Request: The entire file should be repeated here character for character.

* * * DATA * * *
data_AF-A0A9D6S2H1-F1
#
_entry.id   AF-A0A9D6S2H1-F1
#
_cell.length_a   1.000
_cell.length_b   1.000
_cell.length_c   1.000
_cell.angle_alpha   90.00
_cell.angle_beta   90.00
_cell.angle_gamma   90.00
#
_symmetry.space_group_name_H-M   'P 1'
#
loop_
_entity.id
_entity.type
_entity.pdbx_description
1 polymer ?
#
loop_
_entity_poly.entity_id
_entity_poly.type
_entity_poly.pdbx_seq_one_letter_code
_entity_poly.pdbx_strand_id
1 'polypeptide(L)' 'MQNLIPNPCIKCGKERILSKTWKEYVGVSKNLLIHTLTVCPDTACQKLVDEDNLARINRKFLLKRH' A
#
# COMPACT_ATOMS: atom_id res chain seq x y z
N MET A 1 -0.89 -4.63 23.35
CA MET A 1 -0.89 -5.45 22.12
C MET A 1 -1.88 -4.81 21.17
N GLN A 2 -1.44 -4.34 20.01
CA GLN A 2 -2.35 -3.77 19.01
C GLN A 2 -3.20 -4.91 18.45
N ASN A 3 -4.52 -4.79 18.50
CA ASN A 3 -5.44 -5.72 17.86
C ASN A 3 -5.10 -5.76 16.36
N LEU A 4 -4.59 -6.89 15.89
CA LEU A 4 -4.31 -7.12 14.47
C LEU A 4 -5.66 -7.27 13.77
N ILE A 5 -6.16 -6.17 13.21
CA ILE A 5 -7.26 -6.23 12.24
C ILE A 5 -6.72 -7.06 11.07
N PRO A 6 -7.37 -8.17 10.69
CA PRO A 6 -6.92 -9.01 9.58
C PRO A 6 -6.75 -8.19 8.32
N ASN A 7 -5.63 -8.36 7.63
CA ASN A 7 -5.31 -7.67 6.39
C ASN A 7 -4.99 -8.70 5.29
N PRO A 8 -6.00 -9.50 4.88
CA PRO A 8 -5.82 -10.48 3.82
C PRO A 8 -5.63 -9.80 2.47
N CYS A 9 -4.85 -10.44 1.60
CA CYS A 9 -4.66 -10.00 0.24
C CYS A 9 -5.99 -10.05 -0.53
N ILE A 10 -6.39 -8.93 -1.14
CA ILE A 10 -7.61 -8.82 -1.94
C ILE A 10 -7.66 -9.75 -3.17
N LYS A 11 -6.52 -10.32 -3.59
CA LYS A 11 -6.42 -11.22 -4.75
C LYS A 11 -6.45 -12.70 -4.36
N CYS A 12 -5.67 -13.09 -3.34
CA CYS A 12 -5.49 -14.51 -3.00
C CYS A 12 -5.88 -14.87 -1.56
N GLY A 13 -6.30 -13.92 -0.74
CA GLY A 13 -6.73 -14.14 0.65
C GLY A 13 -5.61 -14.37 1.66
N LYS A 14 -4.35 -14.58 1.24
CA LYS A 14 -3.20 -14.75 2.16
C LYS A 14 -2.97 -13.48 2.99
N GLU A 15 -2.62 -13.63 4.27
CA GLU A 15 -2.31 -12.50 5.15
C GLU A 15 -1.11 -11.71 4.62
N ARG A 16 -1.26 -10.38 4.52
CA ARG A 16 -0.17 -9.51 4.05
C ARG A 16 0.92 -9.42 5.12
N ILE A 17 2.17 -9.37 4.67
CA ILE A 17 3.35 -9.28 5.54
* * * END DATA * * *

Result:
data_AF-A0A9D6S2H1-F1
#
_entry.id   AF-A0A9D6S2H1-F1
#
_cell.length_a   1.000
_cell.length_b   1.000
_cell.length_c   1.000
_cell.angle_alpha   90.00
_cell.angle_beta   90.00
_cell.angle_gamma   90.00
#
_symmetry.space_group_name_H-M   'P 1'
#
loop_
_entity.id
_entity.type
_entity.pdbx_description
1 polymer ?
#
loop_
_entity_poly.entity_id
_entity_poly.type
_entity_poly.pdbx_seq_one_letter_code
_entity_poly.pdbx_strand_id
1 'polypeptide(L)' 'MQNLIPNPCIKCGKERILSKTWKEYVGVSKNLLIHTLTVCPDTACQKLVDEDNLARINRKFLLKRH' A
#
# COMPACT_ATOMS: atom_id res chain seq x y z
N MET A 1 -0.89 -4.63 23.35
CA MET A 1 -0.89 -5.45 22.12
C MET A 1 -1.88 -4.81 21.17
N GLN A 2 -1.44 -4.34 20.01
CA GLN A 2 -2.35 -3.77 19.01
C GLN A 2 -3.20 -4.91 18.45
N ASN A 3 -4.52 -4.79 18.50
CA ASN A 3 -5.44 -5.72 17.86
C ASN A 3 -5.10 -5.76 16.36
N LEU A 4 -4.59 -6.89 15.89
CA LEU A 4 -4.31 -7.12 14.47
C LEU A 4 -5.66 -7.27 13.77
N ILE A 5 -6.16 -6.17 13.21
CA ILE A 5 -7.26 -6.23 12.24
C ILE A 5 -6.72 -7.06 11.07
N PRO A 6 -7.37 -8.17 10.69
CA PRO A 6 -6.92 -9.01 9.58
C PRO A 6 -6.75 -8.19 8.32
N ASN A 7 -5.63 -8.36 7.63
CA ASN A 7 -5.31 -7.67 6.39
C ASN A 7 -4.99 -8.70 5.29
N PRO A 8 -6.00 -9.50 4.88
CA PRO A 8 -5.82 -10.48 3.82
C PRO A 8 -5.63 -9.80 2.47
N CYS A 9 -4.85 -10.44 1.60
CA CYS A 9 -4.66 -10.00 0.24
C CYS A 9 -5.99 -10.05 -0.53
N ILE A 10 -6.39 -8.93 -1.14
CA ILE A 10 -7.61 -8.82 -1.94
C ILE A 10 -7.66 -9.75 -3.17
N LYS A 11 -6.52 -10.32 -3.59
CA LYS A 11 -6.42 -11.22 -4.75
C LYS A 11 -6.45 -12.70 -4.36
N CYS A 12 -5.67 -13.09 -3.34
CA CYS A 12 -5.49 -14.51 -3.00
C CYS A 12 -5.88 -14.87 -1.56
N GLY A 13 -6.30 -13.92 -0.74
CA GLY A 13 -6.73 -14.14 0.65
C GLY A 13 -5.61 -14.37 1.66
N LYS A 14 -4.35 -14.58 1.24
CA LYS A 14 -3.20 -14.75 2.16
C LYS A 14 -2.97 -13.48 2.99
N GLU A 15 -2.62 -13.63 4.27
CA GLU A 15 -2.31 -12.50 5.15
C GLU A 15 -1.11 -11.71 4.62
N ARG A 16 -1.26 -10.38 4.52
CA ARG A 16 -0.17 -9.51 4.05
C ARG A 16 0.92 -9.42 5.12
N ILE A 17 2.17 -9.37 4.67
CA ILE A 17 3.35 -9.28 5.54